Three homiletic possibilities: i) The risen Jesus’ commissioning-sending the disciples and Christians of every generation out into the world to share the Holy Spirit’s fruit of Shalom-Peace—especially in the most violent and troubled places of our globe. ii) The importance of forgiveness in our relationships with everyone—especially our enemies during times of mad hatred all around us. iii) A sermon focussing on the disciple Thomas as an exemplar for us—in processing his grief, the movement from doubt and skepticism to faith, the joyful response of confessing the risen Jesus as: “My Lord and my God!” How do we process our grief and move from doubt and skepticism to faith and joy by being among the multitude of generations of not seeing Jesus, yet believing that he is our risen Messiah and Saviour?

A Lectionary Reflection on Luke 24:1-12, Resurrection of Our Lord Yr C

In all four gospel resurrection accounts, it is significant that Mary Magdalene is mentioned; and the names and number of other women however vary. For example, in Matthew there is Mary Magdalene and the other Mary (Matt 28:1); in Mark there is Mary Magdalene, and Mary the mother of James, and Salome (MK 16:1); in Luke there is Mary Magdalene, Joanna, Mary the mother of James, and the other women with them (Lk 24:10); and in John there is only Mary Magdalene (Jn 20:1, 11-18). Obviously Mary Magdalene was a respected disciple among the earliest followers of Jesus. She and other women remained loyal to Jesus right up to the end—they were present at his crucifixion when the other male disciples had gone into hiding, they followed Joseph of Arimathea to the tomb where Jesus was laid, and they were the first to show up at the tomb early on the day after the Sabbath with the intention of respectfully anointing the dead body of Jesus with the spices that they had prepared prior to the Sabbath and had now brought with them to the tomb. The women—especially Mary Magdalene, as she is the first witness and preacher of the resurrection of Jesus—then are examples of faithful discipleship.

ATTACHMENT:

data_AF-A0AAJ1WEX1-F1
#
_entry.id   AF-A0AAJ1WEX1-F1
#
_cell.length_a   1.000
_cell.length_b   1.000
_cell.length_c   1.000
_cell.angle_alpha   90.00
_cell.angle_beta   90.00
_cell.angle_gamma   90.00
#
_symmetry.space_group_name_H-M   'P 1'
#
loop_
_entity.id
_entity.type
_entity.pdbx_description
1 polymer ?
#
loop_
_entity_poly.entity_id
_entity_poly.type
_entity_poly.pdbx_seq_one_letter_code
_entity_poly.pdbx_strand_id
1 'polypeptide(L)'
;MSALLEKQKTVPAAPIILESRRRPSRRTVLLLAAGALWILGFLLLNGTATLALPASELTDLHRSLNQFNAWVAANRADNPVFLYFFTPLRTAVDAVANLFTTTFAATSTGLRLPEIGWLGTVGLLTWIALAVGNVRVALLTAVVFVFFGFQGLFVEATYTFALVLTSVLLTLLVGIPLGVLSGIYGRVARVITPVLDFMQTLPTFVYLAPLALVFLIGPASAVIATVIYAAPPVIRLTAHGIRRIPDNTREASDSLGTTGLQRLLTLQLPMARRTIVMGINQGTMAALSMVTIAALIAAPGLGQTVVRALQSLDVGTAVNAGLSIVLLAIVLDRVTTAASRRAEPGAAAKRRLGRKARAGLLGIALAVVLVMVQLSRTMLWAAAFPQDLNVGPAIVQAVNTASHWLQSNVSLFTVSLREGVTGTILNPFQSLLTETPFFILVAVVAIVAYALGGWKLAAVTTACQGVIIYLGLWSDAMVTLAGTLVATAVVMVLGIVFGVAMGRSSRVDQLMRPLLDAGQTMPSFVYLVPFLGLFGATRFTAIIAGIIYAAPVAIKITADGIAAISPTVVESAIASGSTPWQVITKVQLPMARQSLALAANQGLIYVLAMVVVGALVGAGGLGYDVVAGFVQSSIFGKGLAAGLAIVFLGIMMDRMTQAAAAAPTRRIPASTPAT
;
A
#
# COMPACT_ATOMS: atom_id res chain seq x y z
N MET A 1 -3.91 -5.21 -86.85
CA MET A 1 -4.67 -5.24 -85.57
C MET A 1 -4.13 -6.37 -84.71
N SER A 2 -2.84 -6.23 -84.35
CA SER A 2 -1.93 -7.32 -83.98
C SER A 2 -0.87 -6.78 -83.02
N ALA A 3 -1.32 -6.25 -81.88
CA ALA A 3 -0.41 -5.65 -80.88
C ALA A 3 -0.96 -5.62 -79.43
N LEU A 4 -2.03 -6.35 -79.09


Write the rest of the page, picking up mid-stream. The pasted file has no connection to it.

There is a great irony in the resurrection narratives in that, at that time, women were not accepted as ‘official’ witnesses to significant events—it was a patriarchal world. Yet, here they are the first witnesses of, for many—perhaps the majority—of Christians, one of the, if not ‘the’ most significant event of all history—the resurrection of Jesus. For the resurrected Jesus to reveal himself to the women first is a radical new tradition of valuing women as equals with men in the church which, for the most part, unfortunately was not realised until the twentieth century.

In our Lucan resurrection account, the surprise element is another prominent motif, as the women come to the tomb early Sunday morning most likely expecting the stone to be covering the tomb entrance, and inside the dead body of Jesus. Instead, they discovered the stone had been rolled away and the tomb was empty. The word in Luke to describe the womens’ first response to this is ‘perplexed.’ Perhaps they were worried that Jesus’ body had been stolen and, in the worst case scenario, that they would never find his body. What were they to do now?

The surprise motif comes to the forefront again with two men in dazzling clothes suddenly standing beside them. This terrified them so much that they wouldn’t even look at them. The two men totally surprised them with the Good News of Jesus’ resurrection, citing one of Jesus’ resurrection predictions that they had heard earlier in his public ministry.

Upon hearing this Good News, the women remembered Jesus’ words and then went to the eleven disciples—at this time Judas was no longer with them—to be the first preachers of Jesus’ resurrection.